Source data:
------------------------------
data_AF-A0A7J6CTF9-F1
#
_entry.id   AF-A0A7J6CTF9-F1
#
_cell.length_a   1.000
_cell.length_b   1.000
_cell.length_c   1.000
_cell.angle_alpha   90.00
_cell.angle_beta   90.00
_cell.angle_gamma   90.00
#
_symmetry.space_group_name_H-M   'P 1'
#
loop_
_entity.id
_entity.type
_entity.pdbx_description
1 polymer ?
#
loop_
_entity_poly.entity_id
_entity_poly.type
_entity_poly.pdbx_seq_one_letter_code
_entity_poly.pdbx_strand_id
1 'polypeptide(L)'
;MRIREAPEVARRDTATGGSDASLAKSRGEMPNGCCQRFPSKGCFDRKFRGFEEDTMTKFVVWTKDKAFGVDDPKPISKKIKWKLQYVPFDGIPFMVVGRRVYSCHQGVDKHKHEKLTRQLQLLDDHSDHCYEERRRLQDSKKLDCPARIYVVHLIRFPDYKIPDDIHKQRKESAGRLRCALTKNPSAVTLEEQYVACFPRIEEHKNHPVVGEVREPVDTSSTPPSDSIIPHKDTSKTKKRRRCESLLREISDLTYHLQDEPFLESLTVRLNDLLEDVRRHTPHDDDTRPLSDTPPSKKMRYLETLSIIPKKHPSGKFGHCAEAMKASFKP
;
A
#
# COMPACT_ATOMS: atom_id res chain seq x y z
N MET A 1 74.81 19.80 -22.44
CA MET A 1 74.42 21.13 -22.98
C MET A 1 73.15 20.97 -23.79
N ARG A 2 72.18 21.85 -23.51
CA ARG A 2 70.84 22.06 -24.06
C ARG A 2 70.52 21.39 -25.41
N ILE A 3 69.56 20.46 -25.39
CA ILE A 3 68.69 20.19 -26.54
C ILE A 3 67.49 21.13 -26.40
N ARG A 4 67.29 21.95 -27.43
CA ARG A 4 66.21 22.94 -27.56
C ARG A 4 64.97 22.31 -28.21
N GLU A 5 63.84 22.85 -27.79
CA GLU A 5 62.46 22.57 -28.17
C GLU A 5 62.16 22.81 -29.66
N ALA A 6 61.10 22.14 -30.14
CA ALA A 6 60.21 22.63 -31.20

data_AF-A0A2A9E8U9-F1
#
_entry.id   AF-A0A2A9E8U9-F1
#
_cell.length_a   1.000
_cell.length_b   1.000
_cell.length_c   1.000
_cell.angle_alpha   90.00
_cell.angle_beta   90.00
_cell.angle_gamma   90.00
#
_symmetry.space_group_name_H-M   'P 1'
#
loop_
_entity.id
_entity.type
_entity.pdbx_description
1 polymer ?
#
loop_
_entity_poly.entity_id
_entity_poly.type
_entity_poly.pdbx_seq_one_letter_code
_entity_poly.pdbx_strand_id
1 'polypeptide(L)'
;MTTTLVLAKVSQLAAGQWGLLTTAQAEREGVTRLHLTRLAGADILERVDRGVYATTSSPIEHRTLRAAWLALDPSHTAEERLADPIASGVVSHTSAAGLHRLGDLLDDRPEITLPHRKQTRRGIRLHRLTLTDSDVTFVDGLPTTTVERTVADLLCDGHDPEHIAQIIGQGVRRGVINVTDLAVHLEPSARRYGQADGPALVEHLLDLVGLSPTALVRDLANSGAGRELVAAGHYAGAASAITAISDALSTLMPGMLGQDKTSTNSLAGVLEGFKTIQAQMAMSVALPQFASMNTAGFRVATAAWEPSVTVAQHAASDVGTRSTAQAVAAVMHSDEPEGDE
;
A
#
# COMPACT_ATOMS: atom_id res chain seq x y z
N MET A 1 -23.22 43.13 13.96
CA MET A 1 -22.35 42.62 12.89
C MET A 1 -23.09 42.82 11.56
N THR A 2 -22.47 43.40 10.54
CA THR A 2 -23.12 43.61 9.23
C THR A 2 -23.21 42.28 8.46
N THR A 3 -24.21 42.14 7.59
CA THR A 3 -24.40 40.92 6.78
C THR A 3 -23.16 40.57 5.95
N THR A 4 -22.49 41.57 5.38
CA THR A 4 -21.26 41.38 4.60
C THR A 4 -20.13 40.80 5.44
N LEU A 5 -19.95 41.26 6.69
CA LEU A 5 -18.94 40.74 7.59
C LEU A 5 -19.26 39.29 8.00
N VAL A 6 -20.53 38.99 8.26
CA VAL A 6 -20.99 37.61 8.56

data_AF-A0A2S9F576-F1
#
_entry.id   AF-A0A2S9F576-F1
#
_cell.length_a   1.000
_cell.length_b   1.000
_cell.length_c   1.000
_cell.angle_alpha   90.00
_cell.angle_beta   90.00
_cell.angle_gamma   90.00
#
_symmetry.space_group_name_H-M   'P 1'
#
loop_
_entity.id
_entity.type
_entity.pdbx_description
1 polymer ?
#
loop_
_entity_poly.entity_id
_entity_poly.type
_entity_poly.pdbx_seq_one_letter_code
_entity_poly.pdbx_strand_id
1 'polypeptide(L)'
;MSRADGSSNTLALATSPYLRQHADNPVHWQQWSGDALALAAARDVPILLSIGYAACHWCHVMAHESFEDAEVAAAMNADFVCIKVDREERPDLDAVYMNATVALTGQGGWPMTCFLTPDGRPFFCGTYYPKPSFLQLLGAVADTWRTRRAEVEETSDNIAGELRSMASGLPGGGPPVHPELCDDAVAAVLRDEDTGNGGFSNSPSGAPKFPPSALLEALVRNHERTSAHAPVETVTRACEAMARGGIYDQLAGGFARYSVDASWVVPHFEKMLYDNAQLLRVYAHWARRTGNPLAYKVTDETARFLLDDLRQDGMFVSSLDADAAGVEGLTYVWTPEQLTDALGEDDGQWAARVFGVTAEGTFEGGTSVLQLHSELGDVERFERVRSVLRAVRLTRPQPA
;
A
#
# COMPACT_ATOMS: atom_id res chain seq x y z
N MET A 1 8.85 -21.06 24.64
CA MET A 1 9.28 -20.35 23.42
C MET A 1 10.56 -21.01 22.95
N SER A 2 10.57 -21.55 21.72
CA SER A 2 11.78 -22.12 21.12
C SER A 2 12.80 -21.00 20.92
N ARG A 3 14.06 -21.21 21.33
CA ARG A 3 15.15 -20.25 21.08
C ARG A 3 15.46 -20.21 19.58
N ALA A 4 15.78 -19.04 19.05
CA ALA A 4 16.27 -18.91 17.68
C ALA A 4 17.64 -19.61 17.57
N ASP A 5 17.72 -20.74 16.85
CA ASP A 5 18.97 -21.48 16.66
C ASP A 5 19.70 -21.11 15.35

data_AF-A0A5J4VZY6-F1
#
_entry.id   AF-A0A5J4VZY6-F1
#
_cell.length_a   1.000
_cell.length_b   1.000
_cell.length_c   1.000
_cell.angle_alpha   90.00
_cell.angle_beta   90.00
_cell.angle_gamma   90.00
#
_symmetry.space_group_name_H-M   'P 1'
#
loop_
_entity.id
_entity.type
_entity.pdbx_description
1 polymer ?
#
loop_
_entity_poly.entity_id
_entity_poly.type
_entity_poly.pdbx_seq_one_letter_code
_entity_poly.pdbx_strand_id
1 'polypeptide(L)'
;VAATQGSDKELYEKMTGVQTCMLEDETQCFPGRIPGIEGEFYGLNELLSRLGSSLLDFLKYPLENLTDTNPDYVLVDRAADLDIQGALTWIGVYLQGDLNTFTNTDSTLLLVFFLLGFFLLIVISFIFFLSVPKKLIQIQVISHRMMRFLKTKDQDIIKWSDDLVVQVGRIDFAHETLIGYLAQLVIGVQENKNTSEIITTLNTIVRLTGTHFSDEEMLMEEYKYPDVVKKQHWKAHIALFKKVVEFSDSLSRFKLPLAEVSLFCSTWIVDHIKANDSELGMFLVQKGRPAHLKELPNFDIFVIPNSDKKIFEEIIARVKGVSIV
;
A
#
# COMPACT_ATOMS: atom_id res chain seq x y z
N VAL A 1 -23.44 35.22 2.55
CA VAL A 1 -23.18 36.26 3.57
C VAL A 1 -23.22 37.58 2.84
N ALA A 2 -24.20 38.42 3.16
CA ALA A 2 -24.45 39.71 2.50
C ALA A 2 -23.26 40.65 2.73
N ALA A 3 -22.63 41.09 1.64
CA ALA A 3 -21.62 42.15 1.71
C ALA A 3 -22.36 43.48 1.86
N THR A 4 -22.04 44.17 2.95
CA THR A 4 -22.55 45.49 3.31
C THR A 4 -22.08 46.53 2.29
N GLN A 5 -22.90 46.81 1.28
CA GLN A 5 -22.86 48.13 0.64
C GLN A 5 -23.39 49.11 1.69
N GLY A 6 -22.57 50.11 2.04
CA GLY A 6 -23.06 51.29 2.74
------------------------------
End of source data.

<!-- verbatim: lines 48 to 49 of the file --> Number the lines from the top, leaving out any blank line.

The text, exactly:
data_AF-A0A2A9E8U9-F1
#